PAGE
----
Could Python supplant Java?
n_ruisi at softhome.net
Thu Aug 22 12:58:13 CEST 2002
.net compiled code can run on linux with the mono CLR
(http://www.go-mono.com). One can use the mono tool kit to write /
compile .Net code on a linux box, without ever touching a microsoft
product. The compiler and SDK for C# and VB.Net is a free (albeit
large) download. Although I don't like VB.Net as a language, C# is fine.
It's just like java.
Rex Ballard wrote:
> netvegetable wrote:
>>Not offering any personal opinion on this conjecture, but a lot of
>>people are saying that java has failed to become a widely accepted
>>cross platform language for applications.
> Java is still quite popular, and has established a pretty
> substantial market share. Microsoft is fighting Java and trying to
> Undermine Java 2 by bundling an older version of Microsoft's
> insecure JVM, but getting JRE is very easy, and even JDK is pretty
> easy to get if you want it. And since JDK 1.3 have some execellent
> IDEs available, on both Linux and Windows, it's pretty easy to
> implement applications that work on Both Linux and Windows.
>>These leaves the world defenseless against the Microsoft Borg.
> PLEASE!!! - Microsoft has no really good general purpose scripting
> languages, and no low-cost development languages. PERL, PYTHON,
> JAVA, and TCL can all be downloaded for free. Microsoft obviously
> doesn't pay $4 billion/year to promote these Open Source based
> languages which can create products and projects that can run on
> both Linux and Windows.
> Of COURSE Microsoft is going to spend their $Billions promoting C#
> and Visual Basic, which run Exclusively on Windows and do not
> support comprehensive implementations on Linux.
> Of course, if you want some heavy-duty portability, you have
> cygwin, which give you the ability to run Linux programs on
> Windows, including Windows NT, 2000, and XP. Cygwin isn't as
> secure, stable, and fast as Linux (after all you are ultimately
> dependent on Windows infrastructure), but it's a nice way to make
> the transition.
>>But could Python do the trick? The python interpreter is smaller
>>than the JRE, and it's certainly a nicely structured language,
>>with nearly all the coding features of Java.
> Unfortunately, Python, PERL, TCL/TK, Ruby, and the other fine
> languages all have to be loaded AFTER the machines are shipped.
> Obviously, it would be nice if OEMs could install PERL, Java 2,
> Python, and others as part of their OEM installation, when it can
> be put on the master disk. It would cost nothing, or extremely
> little, and would provide new capabilities not currently available
> to Windows. It would also make hundreds of applications available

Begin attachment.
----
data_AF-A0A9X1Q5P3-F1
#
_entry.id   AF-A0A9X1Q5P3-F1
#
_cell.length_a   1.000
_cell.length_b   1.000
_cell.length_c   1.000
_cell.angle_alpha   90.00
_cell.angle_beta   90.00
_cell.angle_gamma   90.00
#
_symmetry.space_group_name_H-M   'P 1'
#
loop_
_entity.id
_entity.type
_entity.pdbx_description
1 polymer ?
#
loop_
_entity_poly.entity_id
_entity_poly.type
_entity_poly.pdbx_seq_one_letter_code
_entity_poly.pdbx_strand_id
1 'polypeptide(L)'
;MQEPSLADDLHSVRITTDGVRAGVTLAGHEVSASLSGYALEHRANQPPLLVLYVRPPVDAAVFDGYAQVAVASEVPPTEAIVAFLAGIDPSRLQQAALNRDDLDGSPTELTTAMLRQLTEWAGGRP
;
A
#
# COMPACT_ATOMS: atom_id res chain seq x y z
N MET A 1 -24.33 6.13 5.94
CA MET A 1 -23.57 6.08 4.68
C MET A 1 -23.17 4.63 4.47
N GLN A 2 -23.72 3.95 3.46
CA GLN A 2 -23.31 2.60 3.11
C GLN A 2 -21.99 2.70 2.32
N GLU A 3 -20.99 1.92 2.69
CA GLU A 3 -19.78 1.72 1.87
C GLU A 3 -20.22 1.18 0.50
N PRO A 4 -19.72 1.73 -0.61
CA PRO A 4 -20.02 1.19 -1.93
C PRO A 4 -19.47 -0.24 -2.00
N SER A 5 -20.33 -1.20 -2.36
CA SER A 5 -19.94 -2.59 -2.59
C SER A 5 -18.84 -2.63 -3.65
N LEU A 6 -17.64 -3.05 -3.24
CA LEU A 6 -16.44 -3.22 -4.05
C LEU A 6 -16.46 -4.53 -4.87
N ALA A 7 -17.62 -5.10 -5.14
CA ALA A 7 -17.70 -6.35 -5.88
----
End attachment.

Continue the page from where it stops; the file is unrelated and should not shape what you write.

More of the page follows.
> as well.
> Unfortunately, Microsoft has insisted on complete control of the
> preinstalled suite and is doing everything they possibly can to
> maintain that control despite the unanimous ruling of the Appeals
> court full panel that such exclusion of competitors is explicitly
> Sun is likely to be the strongest candidate to be prepared to fight
> this or have Microsoft cited for contempt. Sun could offer Java
> JRE and/or JDK, Star Office, and other applications which could be
> installed by OEMs for prices that are very competitive with
> Microsoft's office, JDK, and IE/VBScript.
> Red Hat could also press for the inclusion of Cygwin, in this case
> possibly even at no cost to OEMs. Corporate customers could also
> begin using Cygwin - including Python, Perl, and TCL/TK.
> These are "first steps" - steps that would create an application
> base that could lead to a marketplace in which both Windows and
> Linux compete in an open and equally accessible market.
> For this reason, Microsoft will do everything it can to fight this
> technology, since it cannot be controlled. Microsoft has even
> tried to force Corporations to agree to NOT use Open Source
> technology such as Python on their Windows desktops. The DOJ has
> ignored this, the Courts have ignored this, and Microsoft has tried
> to divert attention by releasing a support pack that allows users
> to choose which web browser they want to use.
> As long as Microsoft controls access to the OEM distribution
> channel, and has the ability to control what OS, Applications, and
> systems can be installed on PCs, they will do everything in their
> power to "Lock out" any technology which can be supported by both
> Linux and Windows.
>>netvegetable at excite.com
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